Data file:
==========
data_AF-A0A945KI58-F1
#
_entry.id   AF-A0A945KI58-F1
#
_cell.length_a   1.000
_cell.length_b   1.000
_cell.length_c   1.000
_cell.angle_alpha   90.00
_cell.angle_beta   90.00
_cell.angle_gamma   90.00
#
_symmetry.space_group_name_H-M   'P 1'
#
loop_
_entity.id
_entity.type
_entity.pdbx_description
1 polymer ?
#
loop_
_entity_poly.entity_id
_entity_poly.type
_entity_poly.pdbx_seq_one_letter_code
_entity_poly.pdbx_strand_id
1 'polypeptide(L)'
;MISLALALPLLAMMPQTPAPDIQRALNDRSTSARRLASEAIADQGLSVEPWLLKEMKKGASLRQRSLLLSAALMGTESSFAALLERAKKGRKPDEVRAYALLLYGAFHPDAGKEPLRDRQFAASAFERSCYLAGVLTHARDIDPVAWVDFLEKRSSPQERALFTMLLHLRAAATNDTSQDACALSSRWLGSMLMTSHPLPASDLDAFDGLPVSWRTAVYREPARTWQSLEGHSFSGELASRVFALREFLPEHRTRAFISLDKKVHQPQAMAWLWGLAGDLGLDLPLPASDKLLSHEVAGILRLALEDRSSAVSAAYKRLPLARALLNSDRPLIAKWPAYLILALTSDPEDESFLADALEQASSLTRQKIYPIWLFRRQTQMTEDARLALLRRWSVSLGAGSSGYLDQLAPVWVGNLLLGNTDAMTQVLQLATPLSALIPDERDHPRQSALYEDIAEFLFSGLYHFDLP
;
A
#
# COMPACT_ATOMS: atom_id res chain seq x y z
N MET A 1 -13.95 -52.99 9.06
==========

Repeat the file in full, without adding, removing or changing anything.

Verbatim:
data_AF-A0A945KI58-F1
#
_entry.id   AF-A0A945KI58-F1
#
_cell.length_a   1.000
_cell.length_b   1.000
_cell.length_c   1.000
_cell.angle_alpha   90.00
_cell.angle_beta   90.00
_cell.angle_gamma   90.00
#
_symmetry.space_group_name_H-M   'P 1'
#
loop_
_entity.id
_entity.type
_entity.pdbx_description
1 polymer ?
#
loop_
_entity_poly.entity_id
_entity_poly.type
_entity_poly.pdbx_seq_one_letter_code
_entity_poly.pdbx_strand_id
1 'polypeptide(L)'
;MISLALALPLLAMMPQTPAPDIQRALNDRSTSARRLASEAIADQGLSVEPWLLKEMKKGASLRQRSLLLSAALMGTESSFAALLERAKKGRKPDEVRAYALLLYGAFHPDAGKEPLRDRQFAASAFERSCYLAGVLTHARDIDPVAWVDFLEKRSSPQERALFTMLLHLRAAATNDTSQDACALSSRWLGSMLMTSHPLPASDLDAFDGLPVSWRTAVYREPARTWQSLEGHSFSGELASRVFALREFLPEHRTRAFISLDKKVHQPQAMAWLWGLAGDLGLDLPLPASDKLLSHEVAGILRLALEDRSSAVSAAYKRLPLARALLNSDRPLIAKWPAYLILALTSDPEDESFLADALEQASSLTRQKIYPIWLFRRQTQMTEDARLALLRRWSVSLGAGSSGYLDQLAPVWVGNLLLGNTDAMTQVLQLATPLSALIPDERDHPRQSALYEDIAEFLFSGLYHFDLP
;
A
#
# COMPACT_ATOMS: atom_id res chain seq x y z
N MET A 1 -13.95 -52.99 9.06